Wednesday, September 26, 2007

NCLB Assessment Quality

The following problem is a released test item for fifth grade students, assessing their fourth grade achievement. It is from the New England Common Assessment Program (NECAP) Student Practice Test Booklet for Grade 5 Mathematics. Can you find the problem that I have with it? I used this problem with my fifth grade class today for their review. Testing begins next week. What are the standards for testing validity for high stakes tests?

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  1. Could it be that when triangle equals zero, the statement is false?

  2. Hi, pann. I had not even considered that possibility. I had several students give D as the answer because, they reasoned, 8÷1=8. That would make the triangle equal 1 and the square equal to 8. However, the defining equation would then be 8*8=1.

    This contradiction makes D the wrong answer. We spent a lot of time discussing the importance of the first equation and how they have to read carefully, using the given information. So my objection to the question is its readability.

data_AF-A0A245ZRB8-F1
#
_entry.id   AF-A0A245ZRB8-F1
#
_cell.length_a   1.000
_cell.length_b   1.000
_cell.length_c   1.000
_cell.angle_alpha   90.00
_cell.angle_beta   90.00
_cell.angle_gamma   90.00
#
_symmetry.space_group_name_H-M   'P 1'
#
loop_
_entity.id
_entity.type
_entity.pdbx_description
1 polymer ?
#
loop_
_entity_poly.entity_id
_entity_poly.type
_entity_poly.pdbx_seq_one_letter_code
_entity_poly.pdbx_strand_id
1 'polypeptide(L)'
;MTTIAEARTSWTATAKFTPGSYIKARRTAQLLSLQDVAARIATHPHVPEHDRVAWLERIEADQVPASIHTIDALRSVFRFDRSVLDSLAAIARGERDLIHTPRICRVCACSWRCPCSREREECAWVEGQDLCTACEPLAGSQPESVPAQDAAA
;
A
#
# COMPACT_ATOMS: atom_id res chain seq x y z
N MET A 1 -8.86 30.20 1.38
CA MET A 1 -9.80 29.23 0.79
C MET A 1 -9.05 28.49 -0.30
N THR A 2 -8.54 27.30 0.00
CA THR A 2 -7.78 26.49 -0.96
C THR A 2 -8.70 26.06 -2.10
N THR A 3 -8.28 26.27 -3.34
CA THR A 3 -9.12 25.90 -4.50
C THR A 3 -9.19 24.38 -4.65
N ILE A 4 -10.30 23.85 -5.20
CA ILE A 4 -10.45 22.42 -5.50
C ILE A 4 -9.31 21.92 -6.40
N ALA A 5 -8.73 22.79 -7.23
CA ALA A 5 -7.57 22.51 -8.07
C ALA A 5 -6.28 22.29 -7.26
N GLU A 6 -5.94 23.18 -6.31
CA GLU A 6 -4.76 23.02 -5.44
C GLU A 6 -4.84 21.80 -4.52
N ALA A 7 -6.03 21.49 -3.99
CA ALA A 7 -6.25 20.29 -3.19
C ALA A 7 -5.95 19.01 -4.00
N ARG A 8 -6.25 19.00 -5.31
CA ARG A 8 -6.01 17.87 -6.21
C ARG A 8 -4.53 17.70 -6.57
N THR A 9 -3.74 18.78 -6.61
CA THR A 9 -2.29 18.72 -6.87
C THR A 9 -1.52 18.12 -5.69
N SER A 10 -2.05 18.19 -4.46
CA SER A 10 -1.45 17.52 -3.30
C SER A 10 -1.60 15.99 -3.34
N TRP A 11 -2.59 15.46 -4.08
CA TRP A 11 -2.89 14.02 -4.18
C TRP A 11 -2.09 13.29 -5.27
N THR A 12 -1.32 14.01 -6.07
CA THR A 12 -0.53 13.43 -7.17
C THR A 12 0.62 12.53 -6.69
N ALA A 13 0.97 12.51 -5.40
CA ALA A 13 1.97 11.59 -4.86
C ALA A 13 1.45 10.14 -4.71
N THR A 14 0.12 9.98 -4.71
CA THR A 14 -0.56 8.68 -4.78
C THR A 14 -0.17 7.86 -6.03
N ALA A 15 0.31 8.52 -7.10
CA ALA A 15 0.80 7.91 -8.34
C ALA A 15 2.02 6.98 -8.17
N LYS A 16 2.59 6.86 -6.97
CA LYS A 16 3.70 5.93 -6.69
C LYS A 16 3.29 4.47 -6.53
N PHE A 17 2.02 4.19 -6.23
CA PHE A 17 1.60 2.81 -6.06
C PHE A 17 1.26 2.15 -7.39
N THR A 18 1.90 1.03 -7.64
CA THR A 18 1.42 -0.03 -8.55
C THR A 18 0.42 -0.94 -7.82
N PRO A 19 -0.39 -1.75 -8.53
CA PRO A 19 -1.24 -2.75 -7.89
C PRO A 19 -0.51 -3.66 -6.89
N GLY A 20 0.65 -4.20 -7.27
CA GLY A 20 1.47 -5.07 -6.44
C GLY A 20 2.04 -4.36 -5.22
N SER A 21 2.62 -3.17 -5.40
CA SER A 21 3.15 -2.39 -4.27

But you have raised another problem with the question that interests me. Zero was not excluded from consideration. Does this invalidate the question?

    I am looking forward to other ideas about this.

  3. I loved all your math questions and games today as I was catching up on your blog. I read many to my family.
    The following is a quote from my Husband after he finished the quiz and he answered the first equation to be right. Then I read him the difficulties you were having with the standardized exam question:

    "While most standardized questions assume that neither are 0 or 1, but they do not allow that to always be common knowledge so then I would have to say that the New England Common Assessment Program has proven itself to Not be smarter than a 5th grader."



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